For generations of fish and chip diners in Elgin, the back booths of the Northern Fish Restaurant are synonymous with salt and vinegar-fuelled good times.
Out-of-town visitors might criticise them for being uncomfortable and old-fashioned.
But for decades regular diners have begged owner Michael Miele to keep the 1960s seating exactly how it is, unique and almost untouched by the passage of time.
This month the Northern Fish Restaurant celebrated an incredible 100 years serving up dinners on Elgin High Street, almost all of which has been under the stewardship of one family.
Current custodian Mr Miele, 69, began working behind the counter when he was at primary school, started full-time when he left school in 1970 and took over running it in 1995 when his father John retired.
From when you could buy an incredible 40 fish suppers for just £1, through the struggles of finding potatoes during war rationing, featuring in a Canadian fashion magazine and the uncertainties of Covid – the Northern has seen, and survived, it all.
Generations of memories at the Northern Fish Restaurant
When the Northern Fish Bar was opened by the Janetta family in 1923, Elgin High Street was a very different place.
It was the main road from Aberdeen to Inverness and a convenient pit stop for those making what was then a very arduous journey.
Almost all of the shops had people living above them too, and they were all eager for somewhere to get dinner from after a night out at the picture house a few doors down.
As the decades flew by the clientele changed to families looking for dinner after a busy day window shopping in the town centre.
Today the back booths are still synonymous with generations of Elgin residents for days and evenings of tasty treats and family time.
Mr Miele said: “Those tables could tell a few stories…
“It’s always been booths. That’s what they were all like back then. It’s memories for so many people.
“We’ve thought about modernising it, make it more up to date, but people always tell us to leave it alone. It’s history for so many people.
“It’s seen it all. I remember we had an old couple in their 80s get engaged. And there’s been more tiffs and rows than I can remember.”
Polished and gleaming amongst the back booths at the Northern Fish Restaurant is probably the most-loved jukebox in Elgin.
Far from being a dusty antique, the record player has been kept in tip-top working order by Mr Miele who maintains it himself.
And the playlist of records is a trip through the past of the Northern Fish Restaurant – from Let it Be by The Beatles and Sultans of Swing by Dire Straits to Barbie Girl by Aqua and Coldplay’s Yellow.
The sign on the machine may say it needs a sixpence, but thanks to them resembling the size of today’s £1 coins you can still get five spins on the machine of your favourite songs.
Mr Miele said: “In the old days the youngsters used to come in just to play music on the jukebox, there was nowhere else to play music in those days.
“They would often go to the picture house and see whatever was on that day and then come here for some music.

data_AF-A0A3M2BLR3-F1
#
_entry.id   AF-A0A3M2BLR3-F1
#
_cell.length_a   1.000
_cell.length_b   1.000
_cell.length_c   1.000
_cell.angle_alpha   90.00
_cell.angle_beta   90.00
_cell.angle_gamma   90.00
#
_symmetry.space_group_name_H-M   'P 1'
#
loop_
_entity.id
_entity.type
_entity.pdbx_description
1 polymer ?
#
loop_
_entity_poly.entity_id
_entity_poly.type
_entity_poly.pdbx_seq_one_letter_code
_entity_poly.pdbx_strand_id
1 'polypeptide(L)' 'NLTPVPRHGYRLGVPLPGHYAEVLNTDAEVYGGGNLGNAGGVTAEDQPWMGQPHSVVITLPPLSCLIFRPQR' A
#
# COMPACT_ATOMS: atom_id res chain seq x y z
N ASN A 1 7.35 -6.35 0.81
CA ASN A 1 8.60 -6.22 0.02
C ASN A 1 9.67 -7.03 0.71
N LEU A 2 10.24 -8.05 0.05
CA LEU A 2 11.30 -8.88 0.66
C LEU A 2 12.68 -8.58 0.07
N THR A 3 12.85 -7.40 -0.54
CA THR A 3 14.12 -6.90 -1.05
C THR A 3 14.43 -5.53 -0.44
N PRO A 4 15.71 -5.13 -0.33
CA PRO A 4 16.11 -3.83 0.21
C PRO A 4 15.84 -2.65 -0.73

“It’s getting more and more difficult to get music for it though. You don’t get 45s many places now.”
Miele family’s move to Elgin almost never happened
The first Miele, Mr Miele’s grandfather, also Michael, began working at the Northern Fish Restaurant in 1929 – but Elgin certainly wasn’t where he planned on going.
After serving during the First World War he was on his way to make his dreams come true in the US.
However, after arriving off a ship from the UK the immigration officials were surprised and confused to learn he could not speak English – so sent him back across the Atlantic.
After arriving back in Hull, he had no prospects and no money until one of his superiors from the war spotted him and told him about a job going as manager of the Northern in Elgin – and offered to pay his train fare there.
The Janettas were so impressed with the job he did in Elgin they offered him a chance to buy one of their fish and chip shops off him – choosing the Forres branch, also called the Northern.
The family eventually returned to Elgin when son John bought the shop there in 1953.
Descendants of the older Michael Miele are now well-known across the north for selling Italian-style ice cream with shops in Inverness, Lossiemouth, Aviemore, Fort Augustus and more.
The future of the Northern Fish Restaurant
Despite its undoubted legacy on Elgin High Street, the future of the Northern Fish Bar is uncertain.
With his 70th birthday approaching before the end of the year, Mr Miele has put the business up for sale.
Despite seeing countless changes in the town centre during his half-decade behind the fryer, he thinks the future is still bright for the Northern.
He said: “For me, it’s just the right time to call it a day.
“It’s been an incredible time, I wouldn’t change it. For a start, you always need good customers, and we’ve had fantastic customers.
“Even during Covid, they were queuing up outside in the wind and the rain. I felt so bad for them.
“We’ve always said ‘quality service and hygiene’, because you really do have to look after your customers.
“You have to take pride in what you do if you want someone to pay for it.
“And we’ve always used the freshest local fish too. I can’t tell you where it comes from though, we keep it a secret.”
Inside the Northern Fish Restaurant
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